a second output for instructing the mobile communication device to add policies corresponding to the fourth set of policy signatures.
11. An apparatus as claimed in claim 10, wherein said policies comprise network selection policies.
12. An apparatus as claimed in claim 10, wherein said policies comprise access network discovery information.
13. An apparatus as claimed in claim 10, further comprising generating the policies from which the second set of policy signatures are generated.
14. An apparatus as claimed in claim 10, further comprising generating the second set of policy signatures.
15. An apparatus as claimed in claim 10, wherein the apparatus is an automatic network discovery and selection function server.
16. A mobile communication device comprising:
a first output for providing a first set of policy signatures of the mobile communication device, wherein each signature is generated from a policy of the mobile communication device;
a first input for receiving instructions from a server to delete policies corresponding to a third set of policy signatures, wherein the third set of policy signatures are identified as being included in the first set of policy signatures but not included in signatures of a set of policies that the server deems to be a correct set of policies for the mobile communication device;
a second input for receiving instructions from the server to add policies corresponding to a fourth set of policy signatures, wherein the fourth set of policy signatures are identified as not being included in the first set of policy signatures but being included in the signatures of the set of policies that the server deems to be a correct set of policies for the mobile communication device; and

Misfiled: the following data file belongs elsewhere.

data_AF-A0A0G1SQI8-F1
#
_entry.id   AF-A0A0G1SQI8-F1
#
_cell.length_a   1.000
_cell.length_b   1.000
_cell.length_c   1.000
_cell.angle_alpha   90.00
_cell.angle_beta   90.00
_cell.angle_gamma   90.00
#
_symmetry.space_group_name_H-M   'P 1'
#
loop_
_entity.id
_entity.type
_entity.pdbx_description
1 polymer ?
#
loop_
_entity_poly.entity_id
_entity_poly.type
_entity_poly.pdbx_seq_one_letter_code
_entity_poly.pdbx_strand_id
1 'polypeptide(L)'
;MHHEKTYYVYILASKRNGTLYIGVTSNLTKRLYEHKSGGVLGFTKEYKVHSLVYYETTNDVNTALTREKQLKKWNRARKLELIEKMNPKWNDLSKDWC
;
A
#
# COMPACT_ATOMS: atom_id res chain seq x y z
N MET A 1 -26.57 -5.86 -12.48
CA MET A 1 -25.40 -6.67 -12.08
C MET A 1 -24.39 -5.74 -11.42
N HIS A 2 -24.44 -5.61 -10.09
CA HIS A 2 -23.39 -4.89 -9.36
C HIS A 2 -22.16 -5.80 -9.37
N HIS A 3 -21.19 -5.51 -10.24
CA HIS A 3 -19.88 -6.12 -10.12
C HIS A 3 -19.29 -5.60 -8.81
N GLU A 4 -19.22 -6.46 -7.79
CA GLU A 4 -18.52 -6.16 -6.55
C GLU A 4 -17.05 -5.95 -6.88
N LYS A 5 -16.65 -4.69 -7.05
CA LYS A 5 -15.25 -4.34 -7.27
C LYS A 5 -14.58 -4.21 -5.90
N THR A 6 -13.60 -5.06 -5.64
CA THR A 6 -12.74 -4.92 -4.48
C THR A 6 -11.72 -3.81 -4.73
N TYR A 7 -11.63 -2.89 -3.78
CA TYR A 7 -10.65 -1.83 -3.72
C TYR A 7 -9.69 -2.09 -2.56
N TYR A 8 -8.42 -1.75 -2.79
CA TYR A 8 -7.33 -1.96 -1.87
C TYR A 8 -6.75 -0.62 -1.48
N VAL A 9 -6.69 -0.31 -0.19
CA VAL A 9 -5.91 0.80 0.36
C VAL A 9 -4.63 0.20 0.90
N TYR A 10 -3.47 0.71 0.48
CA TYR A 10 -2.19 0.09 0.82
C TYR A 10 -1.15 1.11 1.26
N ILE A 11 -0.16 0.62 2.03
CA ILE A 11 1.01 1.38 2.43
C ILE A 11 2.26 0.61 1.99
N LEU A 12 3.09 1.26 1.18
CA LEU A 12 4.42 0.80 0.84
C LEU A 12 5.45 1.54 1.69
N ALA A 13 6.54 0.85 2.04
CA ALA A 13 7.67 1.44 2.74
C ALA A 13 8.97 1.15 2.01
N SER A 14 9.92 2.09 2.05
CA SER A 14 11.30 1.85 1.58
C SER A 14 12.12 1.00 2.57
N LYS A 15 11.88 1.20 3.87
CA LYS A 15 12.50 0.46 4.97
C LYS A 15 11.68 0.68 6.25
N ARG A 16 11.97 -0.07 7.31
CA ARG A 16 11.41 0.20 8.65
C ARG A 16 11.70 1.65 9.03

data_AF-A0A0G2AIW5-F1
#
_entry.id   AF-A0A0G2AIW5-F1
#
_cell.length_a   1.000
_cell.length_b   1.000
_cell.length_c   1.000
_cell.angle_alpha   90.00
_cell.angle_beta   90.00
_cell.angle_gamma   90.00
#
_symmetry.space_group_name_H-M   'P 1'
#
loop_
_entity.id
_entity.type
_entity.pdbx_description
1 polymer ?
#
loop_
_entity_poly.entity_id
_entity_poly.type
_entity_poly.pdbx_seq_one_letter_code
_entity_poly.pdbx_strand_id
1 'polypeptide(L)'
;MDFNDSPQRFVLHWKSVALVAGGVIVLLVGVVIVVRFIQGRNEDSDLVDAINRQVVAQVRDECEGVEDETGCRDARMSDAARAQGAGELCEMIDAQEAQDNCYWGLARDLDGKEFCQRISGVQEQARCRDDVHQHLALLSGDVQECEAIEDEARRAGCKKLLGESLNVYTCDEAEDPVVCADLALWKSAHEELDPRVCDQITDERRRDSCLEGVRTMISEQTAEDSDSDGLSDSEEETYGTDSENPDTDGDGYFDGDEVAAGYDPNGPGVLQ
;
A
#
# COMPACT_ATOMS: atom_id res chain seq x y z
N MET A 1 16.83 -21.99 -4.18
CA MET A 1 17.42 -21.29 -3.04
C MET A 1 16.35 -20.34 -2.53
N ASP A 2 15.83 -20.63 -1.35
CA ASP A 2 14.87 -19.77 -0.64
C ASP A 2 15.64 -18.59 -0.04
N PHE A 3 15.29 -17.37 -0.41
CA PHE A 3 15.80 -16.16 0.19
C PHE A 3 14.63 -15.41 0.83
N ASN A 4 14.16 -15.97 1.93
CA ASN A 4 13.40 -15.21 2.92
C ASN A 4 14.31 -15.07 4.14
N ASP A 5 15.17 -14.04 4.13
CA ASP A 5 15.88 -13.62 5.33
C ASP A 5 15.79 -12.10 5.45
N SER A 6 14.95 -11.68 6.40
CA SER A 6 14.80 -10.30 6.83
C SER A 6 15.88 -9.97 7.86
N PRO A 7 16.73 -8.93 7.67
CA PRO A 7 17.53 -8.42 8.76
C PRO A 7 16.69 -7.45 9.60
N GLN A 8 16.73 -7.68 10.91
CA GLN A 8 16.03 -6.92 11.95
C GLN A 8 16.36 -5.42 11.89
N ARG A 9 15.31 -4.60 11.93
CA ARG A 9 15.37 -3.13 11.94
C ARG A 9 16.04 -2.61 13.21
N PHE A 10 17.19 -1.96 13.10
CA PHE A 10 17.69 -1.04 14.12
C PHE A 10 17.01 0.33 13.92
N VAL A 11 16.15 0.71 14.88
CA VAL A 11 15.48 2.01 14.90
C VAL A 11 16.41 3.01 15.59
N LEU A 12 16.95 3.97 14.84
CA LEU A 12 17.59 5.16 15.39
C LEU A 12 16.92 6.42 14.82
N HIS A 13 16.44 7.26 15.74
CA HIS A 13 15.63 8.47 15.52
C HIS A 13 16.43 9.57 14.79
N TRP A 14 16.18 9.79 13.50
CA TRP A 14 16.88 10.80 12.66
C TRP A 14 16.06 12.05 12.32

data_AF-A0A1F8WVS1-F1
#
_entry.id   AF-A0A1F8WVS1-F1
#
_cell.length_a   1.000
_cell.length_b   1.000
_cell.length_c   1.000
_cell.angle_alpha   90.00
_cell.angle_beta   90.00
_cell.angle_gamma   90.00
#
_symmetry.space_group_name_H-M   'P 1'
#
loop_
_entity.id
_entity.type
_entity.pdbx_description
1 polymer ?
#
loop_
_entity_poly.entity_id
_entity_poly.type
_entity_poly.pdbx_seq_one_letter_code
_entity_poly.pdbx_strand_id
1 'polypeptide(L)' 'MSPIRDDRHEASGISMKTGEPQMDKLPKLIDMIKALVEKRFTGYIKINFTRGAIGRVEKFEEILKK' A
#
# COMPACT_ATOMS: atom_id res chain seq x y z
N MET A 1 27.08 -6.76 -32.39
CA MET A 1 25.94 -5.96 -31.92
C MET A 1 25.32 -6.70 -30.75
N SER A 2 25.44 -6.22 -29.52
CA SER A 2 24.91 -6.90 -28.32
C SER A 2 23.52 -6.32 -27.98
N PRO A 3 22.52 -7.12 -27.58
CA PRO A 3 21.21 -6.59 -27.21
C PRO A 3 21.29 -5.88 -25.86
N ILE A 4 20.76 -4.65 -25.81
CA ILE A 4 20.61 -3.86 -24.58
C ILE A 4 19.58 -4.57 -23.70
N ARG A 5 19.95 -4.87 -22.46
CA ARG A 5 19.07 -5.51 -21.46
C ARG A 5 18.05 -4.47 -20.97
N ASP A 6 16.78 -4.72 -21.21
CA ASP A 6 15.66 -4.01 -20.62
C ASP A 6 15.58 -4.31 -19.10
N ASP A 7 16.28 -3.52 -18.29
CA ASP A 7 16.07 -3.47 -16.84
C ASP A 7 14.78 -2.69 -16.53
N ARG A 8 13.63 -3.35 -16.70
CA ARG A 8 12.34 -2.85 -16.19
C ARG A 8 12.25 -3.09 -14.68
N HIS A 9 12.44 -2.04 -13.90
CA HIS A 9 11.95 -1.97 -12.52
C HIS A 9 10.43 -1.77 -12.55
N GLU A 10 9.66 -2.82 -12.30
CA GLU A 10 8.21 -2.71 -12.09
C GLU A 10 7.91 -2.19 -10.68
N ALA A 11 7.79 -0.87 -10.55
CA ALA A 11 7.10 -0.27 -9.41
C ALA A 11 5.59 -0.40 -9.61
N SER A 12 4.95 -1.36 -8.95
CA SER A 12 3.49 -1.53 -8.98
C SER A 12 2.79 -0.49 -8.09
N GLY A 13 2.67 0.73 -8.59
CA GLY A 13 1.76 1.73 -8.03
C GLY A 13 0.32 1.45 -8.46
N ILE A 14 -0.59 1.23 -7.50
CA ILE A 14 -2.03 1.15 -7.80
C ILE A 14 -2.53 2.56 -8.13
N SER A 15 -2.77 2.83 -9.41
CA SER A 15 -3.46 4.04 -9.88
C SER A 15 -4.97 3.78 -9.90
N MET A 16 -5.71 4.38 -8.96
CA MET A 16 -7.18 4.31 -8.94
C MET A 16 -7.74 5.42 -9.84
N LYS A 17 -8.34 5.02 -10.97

a first processor for implementing the instructions to add and/or delete said policies.
17. A computer program product comprising:
means for obtaining a first set of policy signatures from a mobile communication device, wherein each signature is generated from a policy of the mobile communication device;
means for comparing the first set of policy signatures with a second set of policy signatures of a server, wherein each signature of the second set of policy signatures is generated from a policy of the server that has been deemed to be a correct policy for the mobile communication device;
means for identifying a third set of policy signatures comprising any policy signature included in the first set of policy signatures that is not included in the second set of policy signatures;
means for identifying a fourth set of policy signatures comprising any signature included in the second set of policy signatures that is not included in the first set of policy signatures;
means for instructing the mobile communication device to delete policies corresponding to the third set of policy signatures; and
means for instructing the mobile communication device to add policies corresponding to the fourth set of policy signatures.